Sweden – a cold country with a warm culture

Sweden – a cold country with a warm culture
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This week, Yaroslava Zahoruiko, a Visby Scholarship holder who graduated from Uppsala University in June 2019 (LLM in Investment Treaty Arbitration), shares her experiences of how Swedes keep their spirits up during the darker and coldest months of the year.

Before I came to Sweden, I heard people complaining about how dark and cold it was. To be honest, I did not expect this to be a big problem for me, but I was still preparing for it emotionally. However, after having lived in Sweden for a year, I should admit that I am yet to experience any really dark and cold days. For sure, there have been plenty of them, but being actively involved in student life and exploring Swedish culture, I just haven’t had the time to worry about it.

In my experience, both Swedish student life and culture has a lot to offer. I was lucky enough to study in Uppsala, which, in my opinion, is a perfect place for students. It was very easy to make friends at the so-called student nations (student organizations) and I have participated in their wide range of activities, including quidditch, salsa, and formal balls. However, the gasks (or gasques), a kind of of Swedish student party which involves a long formal dinner, which made the strongest impression on me. There were some “normal” ones and some really crazy ones, like the lamb skull gasque (during which everybody got a real lamb skull!) or the crayfish gasque. What is common to all of them, however, is that there is lots of singing. It seems like Swedes have found a good way to relax, socialize, and forget about any problems by way of singing.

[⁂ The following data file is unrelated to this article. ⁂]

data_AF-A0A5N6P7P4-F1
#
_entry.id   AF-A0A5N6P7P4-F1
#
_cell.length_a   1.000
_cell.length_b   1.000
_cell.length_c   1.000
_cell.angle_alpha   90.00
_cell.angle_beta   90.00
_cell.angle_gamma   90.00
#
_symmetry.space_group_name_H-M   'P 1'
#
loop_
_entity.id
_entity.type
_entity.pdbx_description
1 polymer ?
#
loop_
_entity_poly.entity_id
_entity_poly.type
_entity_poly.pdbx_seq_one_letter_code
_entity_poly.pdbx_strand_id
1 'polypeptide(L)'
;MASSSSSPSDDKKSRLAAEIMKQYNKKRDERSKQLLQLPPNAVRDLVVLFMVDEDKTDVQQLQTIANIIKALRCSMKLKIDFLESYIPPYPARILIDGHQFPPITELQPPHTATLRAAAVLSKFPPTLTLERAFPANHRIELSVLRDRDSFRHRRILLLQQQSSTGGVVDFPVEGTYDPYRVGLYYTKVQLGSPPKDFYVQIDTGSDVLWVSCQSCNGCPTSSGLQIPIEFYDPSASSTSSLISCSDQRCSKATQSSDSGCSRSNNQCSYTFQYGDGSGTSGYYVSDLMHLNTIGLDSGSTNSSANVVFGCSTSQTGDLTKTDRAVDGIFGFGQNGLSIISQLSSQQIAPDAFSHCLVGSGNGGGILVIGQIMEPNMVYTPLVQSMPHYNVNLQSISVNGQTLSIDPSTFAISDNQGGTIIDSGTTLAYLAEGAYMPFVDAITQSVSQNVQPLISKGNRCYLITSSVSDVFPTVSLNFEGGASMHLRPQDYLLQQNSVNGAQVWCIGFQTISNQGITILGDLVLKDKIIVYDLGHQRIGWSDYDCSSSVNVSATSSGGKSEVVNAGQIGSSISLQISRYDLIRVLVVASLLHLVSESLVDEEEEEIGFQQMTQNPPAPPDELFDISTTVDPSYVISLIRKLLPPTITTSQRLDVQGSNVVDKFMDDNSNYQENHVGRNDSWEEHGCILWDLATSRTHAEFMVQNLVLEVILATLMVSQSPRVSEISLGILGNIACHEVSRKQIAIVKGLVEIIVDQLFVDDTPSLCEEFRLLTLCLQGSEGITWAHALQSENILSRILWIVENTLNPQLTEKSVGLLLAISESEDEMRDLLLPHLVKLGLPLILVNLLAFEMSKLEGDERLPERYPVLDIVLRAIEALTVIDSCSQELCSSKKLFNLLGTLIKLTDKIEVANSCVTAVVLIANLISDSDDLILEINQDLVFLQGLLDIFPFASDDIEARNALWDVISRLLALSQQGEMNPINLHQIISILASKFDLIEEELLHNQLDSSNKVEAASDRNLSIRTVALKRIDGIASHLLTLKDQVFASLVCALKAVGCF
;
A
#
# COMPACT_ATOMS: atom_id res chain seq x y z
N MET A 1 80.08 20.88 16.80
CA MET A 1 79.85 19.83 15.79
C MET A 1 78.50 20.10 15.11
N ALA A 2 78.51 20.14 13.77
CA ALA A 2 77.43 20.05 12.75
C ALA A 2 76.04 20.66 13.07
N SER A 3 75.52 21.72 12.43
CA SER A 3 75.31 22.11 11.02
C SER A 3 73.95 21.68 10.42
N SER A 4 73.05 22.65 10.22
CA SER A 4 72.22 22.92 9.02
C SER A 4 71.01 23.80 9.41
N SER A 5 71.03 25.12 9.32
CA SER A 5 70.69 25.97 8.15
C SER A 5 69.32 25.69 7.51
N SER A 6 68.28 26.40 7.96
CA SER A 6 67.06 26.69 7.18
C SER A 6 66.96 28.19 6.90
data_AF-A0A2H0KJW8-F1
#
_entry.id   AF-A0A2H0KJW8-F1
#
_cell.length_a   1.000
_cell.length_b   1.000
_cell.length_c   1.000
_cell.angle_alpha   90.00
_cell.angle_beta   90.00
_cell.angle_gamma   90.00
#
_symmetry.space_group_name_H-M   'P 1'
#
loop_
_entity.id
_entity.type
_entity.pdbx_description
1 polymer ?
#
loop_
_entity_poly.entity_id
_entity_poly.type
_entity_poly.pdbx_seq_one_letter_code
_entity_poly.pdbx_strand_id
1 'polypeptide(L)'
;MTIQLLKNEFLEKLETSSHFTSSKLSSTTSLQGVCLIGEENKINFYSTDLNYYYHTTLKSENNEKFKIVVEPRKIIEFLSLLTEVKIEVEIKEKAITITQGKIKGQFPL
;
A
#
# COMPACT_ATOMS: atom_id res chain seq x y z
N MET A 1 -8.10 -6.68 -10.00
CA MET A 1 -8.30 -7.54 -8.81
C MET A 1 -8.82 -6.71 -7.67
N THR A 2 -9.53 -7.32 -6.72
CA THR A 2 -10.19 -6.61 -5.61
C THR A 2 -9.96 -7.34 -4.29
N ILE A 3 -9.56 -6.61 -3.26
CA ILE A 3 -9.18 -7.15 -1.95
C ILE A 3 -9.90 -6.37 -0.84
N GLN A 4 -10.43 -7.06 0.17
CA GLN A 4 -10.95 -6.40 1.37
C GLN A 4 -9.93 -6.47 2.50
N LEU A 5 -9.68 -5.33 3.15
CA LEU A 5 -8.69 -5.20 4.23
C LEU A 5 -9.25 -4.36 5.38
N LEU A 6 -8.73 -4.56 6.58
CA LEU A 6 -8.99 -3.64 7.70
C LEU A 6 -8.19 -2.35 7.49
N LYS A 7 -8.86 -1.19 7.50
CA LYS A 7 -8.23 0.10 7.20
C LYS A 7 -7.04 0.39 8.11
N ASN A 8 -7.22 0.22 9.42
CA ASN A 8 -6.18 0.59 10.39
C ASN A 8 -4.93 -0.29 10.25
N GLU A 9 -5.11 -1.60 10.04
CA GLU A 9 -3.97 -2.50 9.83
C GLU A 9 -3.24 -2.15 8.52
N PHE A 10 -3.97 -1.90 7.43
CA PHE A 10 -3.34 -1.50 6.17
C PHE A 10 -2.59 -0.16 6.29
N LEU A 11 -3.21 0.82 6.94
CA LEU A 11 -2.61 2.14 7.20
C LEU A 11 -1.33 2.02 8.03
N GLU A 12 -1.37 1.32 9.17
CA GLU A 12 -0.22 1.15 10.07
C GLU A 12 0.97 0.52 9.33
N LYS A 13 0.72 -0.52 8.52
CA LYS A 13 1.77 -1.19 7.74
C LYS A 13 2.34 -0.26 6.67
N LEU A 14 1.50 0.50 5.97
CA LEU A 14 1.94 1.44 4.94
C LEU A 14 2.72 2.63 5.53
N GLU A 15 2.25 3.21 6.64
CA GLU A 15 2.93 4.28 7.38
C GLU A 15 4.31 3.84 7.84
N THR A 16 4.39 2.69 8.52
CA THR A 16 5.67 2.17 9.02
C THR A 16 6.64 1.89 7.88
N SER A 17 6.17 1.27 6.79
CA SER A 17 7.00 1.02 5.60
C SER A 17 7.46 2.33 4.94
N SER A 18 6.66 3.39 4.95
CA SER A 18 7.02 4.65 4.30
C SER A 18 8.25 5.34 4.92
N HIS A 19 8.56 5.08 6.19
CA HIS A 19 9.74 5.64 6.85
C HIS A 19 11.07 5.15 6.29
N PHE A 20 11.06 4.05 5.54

I have found that the Swedes’ love of singing goes beyond occasional singing at events. Choir culture is very developed, too, and in addition to student and church choirs, many companies also have their own choirs. I definitely recommend experiencing this choir culture either by singing in them or by attending choir performances. I especially enjoyed the ones during Christmas time, including the amazing Lucia concert at Uppsala Cathedral and later a big Christmas concert at Uppsala Castle. During the last one, the choir even performed several Ukrainian songs! It was amazing to be immersed in the Christmas atmosphere by listening to some familiar and unfamiliar songs. Such passion for singing was a good way to remedy any winter depression.

However, it is not only through singing that Swedes bring happiness and comfort into their lives. For example, I really like that there are holidays devoted to Swedish cinnamon buns (“kanelbulle”) and traditional sweet rolls (“semla”). Why not to gather together and enjoy delicious pastries with a cup of coffee either during such holidays or simply everyday?